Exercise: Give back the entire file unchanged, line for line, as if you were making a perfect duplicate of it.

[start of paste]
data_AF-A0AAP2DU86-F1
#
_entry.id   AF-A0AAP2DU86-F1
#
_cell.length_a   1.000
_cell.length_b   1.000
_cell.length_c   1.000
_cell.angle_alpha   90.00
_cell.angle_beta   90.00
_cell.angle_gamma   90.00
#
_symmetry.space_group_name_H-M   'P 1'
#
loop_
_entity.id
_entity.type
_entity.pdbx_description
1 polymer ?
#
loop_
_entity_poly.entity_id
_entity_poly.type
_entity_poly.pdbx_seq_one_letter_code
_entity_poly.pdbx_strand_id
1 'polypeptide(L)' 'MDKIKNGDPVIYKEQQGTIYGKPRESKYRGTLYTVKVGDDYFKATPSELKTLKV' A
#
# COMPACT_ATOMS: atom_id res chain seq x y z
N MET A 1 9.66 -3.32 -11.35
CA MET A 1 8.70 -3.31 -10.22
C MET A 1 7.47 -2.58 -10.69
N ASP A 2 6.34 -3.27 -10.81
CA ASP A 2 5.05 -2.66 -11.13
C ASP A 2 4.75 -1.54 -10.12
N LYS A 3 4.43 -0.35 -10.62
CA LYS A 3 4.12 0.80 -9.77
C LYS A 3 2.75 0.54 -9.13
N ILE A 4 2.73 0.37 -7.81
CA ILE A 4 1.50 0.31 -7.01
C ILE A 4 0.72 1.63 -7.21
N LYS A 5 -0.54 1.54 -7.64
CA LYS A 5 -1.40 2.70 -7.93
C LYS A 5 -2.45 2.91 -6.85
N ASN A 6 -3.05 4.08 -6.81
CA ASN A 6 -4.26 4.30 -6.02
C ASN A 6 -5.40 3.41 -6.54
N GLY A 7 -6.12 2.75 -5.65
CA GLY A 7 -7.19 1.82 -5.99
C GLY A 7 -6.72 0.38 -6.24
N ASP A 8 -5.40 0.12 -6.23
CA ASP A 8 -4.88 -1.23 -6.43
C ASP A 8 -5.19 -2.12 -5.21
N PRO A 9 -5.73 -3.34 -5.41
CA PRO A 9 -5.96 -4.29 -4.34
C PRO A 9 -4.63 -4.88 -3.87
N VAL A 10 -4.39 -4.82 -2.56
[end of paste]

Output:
data_AF-A0AAP2DU86-F1
#
_entry.id   AF-A0AAP2DU86-F1
#
_cell.length_a   1.000
_cell.length_b   1.000
_cell.length_c   1.000
_cell.angle_alpha   90.00
_cell.angle_beta   90.00
_cell.angle_gamma   90.00
#
_symmetry.space_group_name_H-M   'P 1'
#
loop_
_entity.id
_entity.type
_entity.pdbx_description
1 polymer ?
#
loop_
_entity_poly.entity_id
_entity_poly.type
_entity_poly.pdbx_seq_one_letter_code
_entity_poly.pdbx_strand_id
1 'polypeptide(L)' 'MDKIKNGDPVIYKEQQGTIYGKPRESKYRGTLYTVKVGDDYFKATPSELKTLKV' A
#
# COMPACT_ATOMS: atom_id res chain seq x y z
N MET A 1 9.66 -3.32 -11.35
CA MET A 1 8.70 -3.31 -10.22
C MET A 1 7.47 -2.58 -10.69
N ASP A 2 6.34 -3.27 -10.81
CA ASP A 2 5.05 -2.66 -11.13
C ASP A 2 4.75 -1.54 -10.12
N LYS A 3 4.43 -0.35 -10.62
CA LYS A 3 4.12 0.80 -9.77
C LYS A 3 2.75 0.54 -9.13
N ILE A 4 2.73 0.37 -7.81
CA ILE A 4 1.50 0.31 -7.01
C ILE A 4 0.72 1.63 -7.21
N LYS A 5 -0.54 1.54 -7.64
CA LYS A 5 -1.40 2.70 -7.93
C LYS A 5 -2.45 2.91 -6.85
N ASN A 6 -3.05 4.08 -6.81
CA ASN A 6 -4.26 4.30 -6.02
C ASN A 6 -5.40 3.41 -6.54
N GLY A 7 -6.12 2.75 -5.65
CA GLY A 7 -7.19 1.82 -5.99
C GLY A 7 -6.72 0.38 -6.24
N ASP A 8 -5.40 0.12 -6.23
CA ASP A 8 -4.88 -1.23 -6.43
C ASP A 8 -5.19 -2.12 -5.21
N PRO A 9 -5.73 -3.34 -5.41
CA PRO A 9 -5.96 -4.29 -4.34
C PRO A 9 -4.63 -4.88 -3.87
N VAL A 10 -4.39 -4.82 -2.56